Sinner, art thou still secure?

Sinner, art thou still secure?

Author: John Newton
Published in 174 hymnals

Printable scores: PDF, MusicXML
Audio files: MIDI

Representative Text

1 Sinner, art thou still secure?
Wilt thou still refuse to pray?
Can thy heart or hands endure
In the Lord's avenging day!

2 See, his mighty arm is bared!
Awful terrors clothe his brow!
For his judgment stand prepared,
Thou must either break or bow.

3 At his presence nature shakes,
Earth affrighted hastes to flee;
Solid mountains melt like wax,
What will then become of thee?

4 Who his advent may abide?
You that glory in your shame,
Will you find a place to hide
When the world is wrapped in flame?

5 Then the rich, the great, the wise,
Trembling, guilty, self-condemned;
Must behold the wrathful eyes
Of the Judge they once blasphemed.

6 Where are now their haughty looks,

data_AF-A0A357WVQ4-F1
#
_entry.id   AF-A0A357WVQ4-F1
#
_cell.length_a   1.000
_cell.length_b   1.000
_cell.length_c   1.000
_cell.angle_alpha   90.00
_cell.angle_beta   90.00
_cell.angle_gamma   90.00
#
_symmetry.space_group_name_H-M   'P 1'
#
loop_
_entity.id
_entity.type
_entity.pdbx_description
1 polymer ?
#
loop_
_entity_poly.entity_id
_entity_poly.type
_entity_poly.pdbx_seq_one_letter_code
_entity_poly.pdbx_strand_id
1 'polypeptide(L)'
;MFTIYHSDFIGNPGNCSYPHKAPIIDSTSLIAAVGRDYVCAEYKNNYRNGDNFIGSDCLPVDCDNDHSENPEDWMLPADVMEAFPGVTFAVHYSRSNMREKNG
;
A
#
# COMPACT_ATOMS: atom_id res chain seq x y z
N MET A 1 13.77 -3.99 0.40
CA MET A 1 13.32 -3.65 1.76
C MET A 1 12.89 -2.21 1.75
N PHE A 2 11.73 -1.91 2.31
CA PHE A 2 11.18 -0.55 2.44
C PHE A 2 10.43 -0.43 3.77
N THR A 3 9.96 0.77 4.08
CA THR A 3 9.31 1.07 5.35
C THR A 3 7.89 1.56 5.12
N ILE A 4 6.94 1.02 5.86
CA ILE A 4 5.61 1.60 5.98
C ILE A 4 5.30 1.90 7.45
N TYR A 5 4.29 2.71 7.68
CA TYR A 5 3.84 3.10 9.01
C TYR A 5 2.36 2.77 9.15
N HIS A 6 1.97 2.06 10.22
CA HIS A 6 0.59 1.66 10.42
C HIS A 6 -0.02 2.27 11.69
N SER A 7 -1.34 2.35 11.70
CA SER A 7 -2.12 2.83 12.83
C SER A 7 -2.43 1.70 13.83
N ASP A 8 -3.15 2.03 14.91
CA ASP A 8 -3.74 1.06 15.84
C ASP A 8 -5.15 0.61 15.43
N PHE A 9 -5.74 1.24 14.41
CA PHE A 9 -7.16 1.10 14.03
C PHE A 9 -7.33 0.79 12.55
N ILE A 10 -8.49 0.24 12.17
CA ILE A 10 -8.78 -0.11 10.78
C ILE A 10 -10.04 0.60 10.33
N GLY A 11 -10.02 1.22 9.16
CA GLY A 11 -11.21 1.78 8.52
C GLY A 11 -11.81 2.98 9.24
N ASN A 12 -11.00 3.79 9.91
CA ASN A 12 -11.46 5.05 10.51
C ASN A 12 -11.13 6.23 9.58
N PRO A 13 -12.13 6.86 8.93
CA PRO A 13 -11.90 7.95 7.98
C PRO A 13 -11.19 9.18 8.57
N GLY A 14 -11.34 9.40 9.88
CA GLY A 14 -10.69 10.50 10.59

Oh, their horror and despair!
When they see the opened books,
And their dreadful sentence hear!

7 Lord, prepare us by thy grace!
Soon we must resign our breath;
And our souls be called to pass
Through the iron gate of death.

8 Let us now our day improve,
Listen to the gospel voice;
Seek the things that are above;
Scorn the world's pretended joys.

The Hartford Selection of Hymns from the most approved authors, 1799

Author: John Newton

John Newton (b. London, England, 1725; d. London, 1807) was born into a Christian home, but his godly mother died when he was seven, and he joined his father at sea when he was eleven. His licentious and tumul­tuous sailing life included a flogging for attempted desertion from the Royal Navy and captivity by a slave trader in West Africa. After his escape he himself became the captain of a slave ship. Several factors contributed to Newton's conversion: a near-drowning in 1748, the piety of his friend Mary Catlett, (whom he married in 1750), and his reading of Thomas à Kempis' Imitation of Christ. In 1754 he gave up the slave trade and, in association with William Wilberforce, eventually became an ardent abolitionist. After becoming a tide… Go to person page >

Text Information

First Line: Sinner, art thou still secure?
Author: John Newton
Meter: 7.7.7.7
Language: English
Copyright: Public Domain

Timeline

Instances

Instances (1 - 2 of 2)
TextScoreAudio

The Cyber Hymnal #5892

The Sacred Harp #523

Include 172 pre-1979 instances
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